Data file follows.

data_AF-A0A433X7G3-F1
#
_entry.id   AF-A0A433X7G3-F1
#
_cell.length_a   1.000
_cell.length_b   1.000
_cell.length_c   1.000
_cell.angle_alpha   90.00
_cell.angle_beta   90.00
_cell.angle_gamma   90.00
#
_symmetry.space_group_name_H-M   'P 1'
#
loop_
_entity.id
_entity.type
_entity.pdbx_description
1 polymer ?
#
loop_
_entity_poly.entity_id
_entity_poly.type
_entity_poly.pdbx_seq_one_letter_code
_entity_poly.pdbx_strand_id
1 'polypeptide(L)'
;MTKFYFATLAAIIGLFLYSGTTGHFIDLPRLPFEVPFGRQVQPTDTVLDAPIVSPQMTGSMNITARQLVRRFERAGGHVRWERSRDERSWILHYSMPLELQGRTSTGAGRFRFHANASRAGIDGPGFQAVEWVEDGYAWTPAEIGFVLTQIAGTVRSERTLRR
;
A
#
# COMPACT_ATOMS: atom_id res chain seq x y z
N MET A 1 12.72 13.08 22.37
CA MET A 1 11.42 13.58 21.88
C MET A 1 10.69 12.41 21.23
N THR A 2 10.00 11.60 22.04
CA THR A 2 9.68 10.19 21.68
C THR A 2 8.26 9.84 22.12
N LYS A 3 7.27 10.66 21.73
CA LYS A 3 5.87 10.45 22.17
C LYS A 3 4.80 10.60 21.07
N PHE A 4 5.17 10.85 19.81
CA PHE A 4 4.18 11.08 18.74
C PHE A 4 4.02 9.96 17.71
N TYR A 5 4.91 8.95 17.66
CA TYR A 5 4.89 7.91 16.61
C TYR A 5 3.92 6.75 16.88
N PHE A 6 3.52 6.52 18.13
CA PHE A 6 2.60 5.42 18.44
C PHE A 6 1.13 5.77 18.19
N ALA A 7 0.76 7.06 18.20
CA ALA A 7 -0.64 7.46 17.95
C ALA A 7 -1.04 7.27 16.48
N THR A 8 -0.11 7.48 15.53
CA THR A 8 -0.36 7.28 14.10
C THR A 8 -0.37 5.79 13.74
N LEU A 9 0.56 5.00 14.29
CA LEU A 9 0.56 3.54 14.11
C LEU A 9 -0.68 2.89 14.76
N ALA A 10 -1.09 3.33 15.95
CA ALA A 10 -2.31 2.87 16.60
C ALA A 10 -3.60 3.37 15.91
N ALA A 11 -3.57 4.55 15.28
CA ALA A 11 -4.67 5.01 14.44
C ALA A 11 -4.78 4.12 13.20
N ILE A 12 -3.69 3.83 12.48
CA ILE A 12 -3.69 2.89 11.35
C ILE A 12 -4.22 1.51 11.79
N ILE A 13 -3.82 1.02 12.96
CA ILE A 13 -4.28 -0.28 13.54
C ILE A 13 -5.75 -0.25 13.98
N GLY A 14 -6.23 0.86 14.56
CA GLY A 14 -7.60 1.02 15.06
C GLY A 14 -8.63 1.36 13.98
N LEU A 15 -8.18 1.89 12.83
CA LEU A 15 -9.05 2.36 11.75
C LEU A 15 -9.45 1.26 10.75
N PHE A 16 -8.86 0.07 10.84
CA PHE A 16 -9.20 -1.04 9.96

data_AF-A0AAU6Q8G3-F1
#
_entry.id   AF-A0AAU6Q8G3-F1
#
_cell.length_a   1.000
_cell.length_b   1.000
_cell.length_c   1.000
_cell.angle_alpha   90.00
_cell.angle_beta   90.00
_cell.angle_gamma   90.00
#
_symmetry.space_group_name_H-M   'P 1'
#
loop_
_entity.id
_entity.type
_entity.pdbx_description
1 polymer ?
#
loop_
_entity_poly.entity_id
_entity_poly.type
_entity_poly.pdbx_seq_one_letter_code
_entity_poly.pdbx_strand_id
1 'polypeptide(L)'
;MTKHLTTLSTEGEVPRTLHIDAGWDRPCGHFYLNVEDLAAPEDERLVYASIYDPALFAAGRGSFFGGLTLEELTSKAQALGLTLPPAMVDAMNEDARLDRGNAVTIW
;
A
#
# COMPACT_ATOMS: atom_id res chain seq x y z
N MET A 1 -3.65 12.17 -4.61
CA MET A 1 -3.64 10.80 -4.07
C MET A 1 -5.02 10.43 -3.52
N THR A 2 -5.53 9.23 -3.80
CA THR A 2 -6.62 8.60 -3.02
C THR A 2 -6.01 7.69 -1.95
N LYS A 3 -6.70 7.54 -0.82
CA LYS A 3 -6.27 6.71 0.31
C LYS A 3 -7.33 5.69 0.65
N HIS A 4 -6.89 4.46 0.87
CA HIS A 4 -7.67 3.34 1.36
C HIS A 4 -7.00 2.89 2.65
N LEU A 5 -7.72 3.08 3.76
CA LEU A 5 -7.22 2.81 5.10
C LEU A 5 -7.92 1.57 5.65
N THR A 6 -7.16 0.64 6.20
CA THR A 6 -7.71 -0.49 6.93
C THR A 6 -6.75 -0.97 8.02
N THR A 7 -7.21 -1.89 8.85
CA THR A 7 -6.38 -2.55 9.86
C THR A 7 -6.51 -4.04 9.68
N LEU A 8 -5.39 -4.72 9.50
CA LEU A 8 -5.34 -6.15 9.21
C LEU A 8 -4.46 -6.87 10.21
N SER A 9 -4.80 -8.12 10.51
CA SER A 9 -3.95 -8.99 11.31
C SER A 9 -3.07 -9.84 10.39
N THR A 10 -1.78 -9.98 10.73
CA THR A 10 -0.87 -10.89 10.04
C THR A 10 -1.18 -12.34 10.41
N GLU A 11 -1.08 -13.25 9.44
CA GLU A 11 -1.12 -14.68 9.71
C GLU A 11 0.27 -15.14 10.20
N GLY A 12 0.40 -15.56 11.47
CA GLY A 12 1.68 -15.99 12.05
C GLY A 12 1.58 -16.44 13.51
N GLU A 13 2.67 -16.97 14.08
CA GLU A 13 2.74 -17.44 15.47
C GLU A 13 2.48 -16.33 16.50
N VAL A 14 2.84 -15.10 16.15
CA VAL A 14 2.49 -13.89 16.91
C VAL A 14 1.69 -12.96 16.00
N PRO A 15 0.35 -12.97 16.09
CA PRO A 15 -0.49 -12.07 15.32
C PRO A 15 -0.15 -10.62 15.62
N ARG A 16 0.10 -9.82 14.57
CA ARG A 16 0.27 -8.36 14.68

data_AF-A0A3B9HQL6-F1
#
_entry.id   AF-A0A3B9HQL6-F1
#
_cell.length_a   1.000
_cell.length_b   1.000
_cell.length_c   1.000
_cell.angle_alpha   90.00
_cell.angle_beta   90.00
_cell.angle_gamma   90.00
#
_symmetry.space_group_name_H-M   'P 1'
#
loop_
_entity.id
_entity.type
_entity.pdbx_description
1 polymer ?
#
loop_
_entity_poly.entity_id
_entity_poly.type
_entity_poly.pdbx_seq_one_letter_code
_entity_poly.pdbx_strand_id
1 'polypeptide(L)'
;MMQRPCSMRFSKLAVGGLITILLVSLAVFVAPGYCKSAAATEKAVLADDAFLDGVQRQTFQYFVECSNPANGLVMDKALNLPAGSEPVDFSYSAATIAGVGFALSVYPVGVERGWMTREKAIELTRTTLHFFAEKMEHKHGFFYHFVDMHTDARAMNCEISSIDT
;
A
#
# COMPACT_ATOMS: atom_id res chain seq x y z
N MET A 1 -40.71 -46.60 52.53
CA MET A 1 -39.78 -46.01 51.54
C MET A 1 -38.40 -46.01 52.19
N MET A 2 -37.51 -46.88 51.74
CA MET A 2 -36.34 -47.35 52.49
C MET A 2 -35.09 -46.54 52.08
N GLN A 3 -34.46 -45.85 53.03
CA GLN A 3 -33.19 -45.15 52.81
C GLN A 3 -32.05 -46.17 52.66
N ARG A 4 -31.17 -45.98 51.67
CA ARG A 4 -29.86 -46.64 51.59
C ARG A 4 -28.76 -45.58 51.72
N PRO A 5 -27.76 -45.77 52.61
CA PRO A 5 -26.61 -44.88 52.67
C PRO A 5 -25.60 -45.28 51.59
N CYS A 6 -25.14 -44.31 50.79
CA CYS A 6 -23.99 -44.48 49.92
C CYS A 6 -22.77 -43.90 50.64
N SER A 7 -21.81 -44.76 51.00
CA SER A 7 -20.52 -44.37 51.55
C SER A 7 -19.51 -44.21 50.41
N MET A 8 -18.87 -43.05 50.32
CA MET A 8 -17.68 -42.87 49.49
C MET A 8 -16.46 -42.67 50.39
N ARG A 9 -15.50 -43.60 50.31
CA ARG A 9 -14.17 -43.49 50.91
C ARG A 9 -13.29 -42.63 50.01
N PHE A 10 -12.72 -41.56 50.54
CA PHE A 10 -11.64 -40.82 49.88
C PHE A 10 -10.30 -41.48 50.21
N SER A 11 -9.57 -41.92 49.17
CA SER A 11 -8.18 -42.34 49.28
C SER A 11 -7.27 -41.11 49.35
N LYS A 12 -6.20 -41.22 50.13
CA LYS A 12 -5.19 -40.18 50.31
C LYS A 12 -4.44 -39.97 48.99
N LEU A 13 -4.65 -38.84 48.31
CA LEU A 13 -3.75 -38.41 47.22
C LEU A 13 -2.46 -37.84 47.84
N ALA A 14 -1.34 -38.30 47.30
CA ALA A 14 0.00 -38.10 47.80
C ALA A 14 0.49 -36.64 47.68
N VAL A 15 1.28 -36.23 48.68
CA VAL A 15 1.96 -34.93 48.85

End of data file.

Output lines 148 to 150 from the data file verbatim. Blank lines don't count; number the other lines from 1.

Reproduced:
CA VAL A 14 2.49 -13.89 16.91
C VAL A 14 1.69 -12.96 16.00
N PRO A 15 0.35 -12.97 16.09